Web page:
The Atlantic

The Fraught Language of Adoption

A conversation with the writer Nicole Chung on a complicated question for adopted people: Who are my ‘real parents’?
Source: YINJIA PAN / Getty

“When you think of someone as your gift from God, maybe you can never see them as anyone else,” writes Nicole Chung in the opening pages of All You Can Ever Know, her new memoir about growing up as a Korean American adopted by white parents in Oregon. Throughout Chung’s childhood, her deeply religious parents told her that God had meant for the three of them to be a family, and so when Chung was just an infant, she’d arrived in their home as their miracle daughter.

But as Chung, a writer, grew older and started a family of her own, she began to wonder more and more about the actual logistics of her parents’ “miracle.” As she prepared for the arrival of her own child, she couldn’t shake lingering questions about her background: Who were the Korean immigrants who’d been on the losing end of her adoptive parents’ gain, and why had they given her up?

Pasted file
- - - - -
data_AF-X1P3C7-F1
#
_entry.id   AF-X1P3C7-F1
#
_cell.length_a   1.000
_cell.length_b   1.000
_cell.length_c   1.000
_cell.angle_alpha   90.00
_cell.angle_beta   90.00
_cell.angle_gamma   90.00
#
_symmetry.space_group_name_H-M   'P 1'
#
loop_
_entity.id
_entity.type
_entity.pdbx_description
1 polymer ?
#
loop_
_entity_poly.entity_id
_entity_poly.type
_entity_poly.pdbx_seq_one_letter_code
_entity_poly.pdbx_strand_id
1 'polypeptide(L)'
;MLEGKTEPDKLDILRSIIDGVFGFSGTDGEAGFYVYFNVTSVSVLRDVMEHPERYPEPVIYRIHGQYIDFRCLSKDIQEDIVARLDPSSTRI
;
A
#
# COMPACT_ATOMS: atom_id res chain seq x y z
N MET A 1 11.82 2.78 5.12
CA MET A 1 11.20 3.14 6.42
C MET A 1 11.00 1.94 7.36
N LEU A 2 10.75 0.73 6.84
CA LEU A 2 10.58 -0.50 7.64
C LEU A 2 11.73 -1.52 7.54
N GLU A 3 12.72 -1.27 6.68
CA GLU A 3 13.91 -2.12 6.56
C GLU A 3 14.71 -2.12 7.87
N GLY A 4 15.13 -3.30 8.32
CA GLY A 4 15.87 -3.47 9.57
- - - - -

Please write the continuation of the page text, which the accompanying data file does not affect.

[One family’s long quest to adopt a baby]

The ensuing conflict between Chung’s loyalty to the beloved family narrative and desperate curiosity about her origins is the central tension at the heart of her memoir, a bittersweet

You're reading a preview, sign up to read more.

More from The Atlantic

The Atlantic6 min readPolitics
Berlin Has Become an Unlikely Home for China’s Expat Artists
The German capital offers not only freedom, but also invites people to provoke and challenge orthodoxy.
The Atlantic6 min readPolitics
Tom Steyer on Impeachment: ‘We Have Won the Argument. Period.’
A conversation with the billionaire activist who has been narrowly focused on removing Donald Trump from office
The Atlantic6 min readSociety
The British Empire's Homophobia Lives On in Former Colonies
NAIROBI—When the Nigerian writer Unoma Azuah was growing up in the Asaba Niger Delta, she once asked her grandmother about a teenage boy in her village with an effeminate aura whom others would tease, calling him a girl. Her grandmother replied that